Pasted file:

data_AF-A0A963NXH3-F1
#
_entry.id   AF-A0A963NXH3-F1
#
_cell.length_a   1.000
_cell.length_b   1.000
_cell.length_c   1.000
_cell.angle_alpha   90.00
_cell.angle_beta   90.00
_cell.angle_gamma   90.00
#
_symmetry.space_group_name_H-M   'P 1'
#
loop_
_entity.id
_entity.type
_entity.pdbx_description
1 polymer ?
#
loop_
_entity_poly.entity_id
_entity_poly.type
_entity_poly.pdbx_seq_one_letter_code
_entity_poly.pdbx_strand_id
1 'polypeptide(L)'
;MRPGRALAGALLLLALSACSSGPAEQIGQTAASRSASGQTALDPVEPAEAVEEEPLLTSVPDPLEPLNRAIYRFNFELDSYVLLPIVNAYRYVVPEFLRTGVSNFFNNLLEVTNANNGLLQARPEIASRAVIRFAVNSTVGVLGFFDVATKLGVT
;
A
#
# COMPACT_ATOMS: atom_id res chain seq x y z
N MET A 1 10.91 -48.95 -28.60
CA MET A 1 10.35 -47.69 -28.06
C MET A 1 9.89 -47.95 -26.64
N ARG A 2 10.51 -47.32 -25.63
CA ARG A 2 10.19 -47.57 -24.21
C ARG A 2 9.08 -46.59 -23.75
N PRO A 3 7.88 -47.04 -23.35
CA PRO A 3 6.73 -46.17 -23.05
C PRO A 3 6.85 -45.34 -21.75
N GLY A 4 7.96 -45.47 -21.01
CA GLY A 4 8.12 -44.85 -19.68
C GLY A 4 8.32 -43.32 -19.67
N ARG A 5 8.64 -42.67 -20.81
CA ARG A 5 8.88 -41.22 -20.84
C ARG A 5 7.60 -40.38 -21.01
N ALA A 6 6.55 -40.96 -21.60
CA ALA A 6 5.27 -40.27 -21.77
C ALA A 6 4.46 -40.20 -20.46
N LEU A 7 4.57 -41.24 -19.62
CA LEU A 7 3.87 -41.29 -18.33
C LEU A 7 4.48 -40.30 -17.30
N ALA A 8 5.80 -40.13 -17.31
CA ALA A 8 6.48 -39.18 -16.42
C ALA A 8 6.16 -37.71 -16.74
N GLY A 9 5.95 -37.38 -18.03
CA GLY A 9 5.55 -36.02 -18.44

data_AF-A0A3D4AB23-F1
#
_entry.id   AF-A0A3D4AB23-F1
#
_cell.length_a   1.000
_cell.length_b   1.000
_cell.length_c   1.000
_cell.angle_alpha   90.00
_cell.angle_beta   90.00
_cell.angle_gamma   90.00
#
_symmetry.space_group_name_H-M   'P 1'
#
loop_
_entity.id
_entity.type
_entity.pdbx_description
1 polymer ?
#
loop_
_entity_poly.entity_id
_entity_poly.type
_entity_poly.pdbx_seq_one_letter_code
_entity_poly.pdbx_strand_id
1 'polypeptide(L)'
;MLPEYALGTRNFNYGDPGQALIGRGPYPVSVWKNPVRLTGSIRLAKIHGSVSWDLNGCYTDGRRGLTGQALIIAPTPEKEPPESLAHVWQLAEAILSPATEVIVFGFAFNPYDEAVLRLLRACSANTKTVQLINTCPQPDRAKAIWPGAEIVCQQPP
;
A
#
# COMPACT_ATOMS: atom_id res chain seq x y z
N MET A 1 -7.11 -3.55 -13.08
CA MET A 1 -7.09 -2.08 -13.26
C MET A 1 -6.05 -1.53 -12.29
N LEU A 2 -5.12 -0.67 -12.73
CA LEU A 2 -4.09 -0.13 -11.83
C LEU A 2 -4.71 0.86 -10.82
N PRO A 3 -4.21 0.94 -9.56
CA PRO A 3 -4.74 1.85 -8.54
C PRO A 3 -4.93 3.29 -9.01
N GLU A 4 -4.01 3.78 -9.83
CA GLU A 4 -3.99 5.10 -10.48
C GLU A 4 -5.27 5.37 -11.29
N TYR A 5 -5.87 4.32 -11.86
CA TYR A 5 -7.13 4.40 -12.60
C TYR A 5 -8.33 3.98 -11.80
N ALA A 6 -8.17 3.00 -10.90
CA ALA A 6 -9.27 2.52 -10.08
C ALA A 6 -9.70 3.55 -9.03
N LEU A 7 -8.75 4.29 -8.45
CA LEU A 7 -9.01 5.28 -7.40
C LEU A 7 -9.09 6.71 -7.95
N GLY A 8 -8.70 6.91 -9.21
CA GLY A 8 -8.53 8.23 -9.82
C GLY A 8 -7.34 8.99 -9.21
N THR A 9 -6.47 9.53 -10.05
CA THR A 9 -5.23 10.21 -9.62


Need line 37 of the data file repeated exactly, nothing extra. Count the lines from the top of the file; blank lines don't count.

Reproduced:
N PRO A 3 7.88 -47.04 -23.35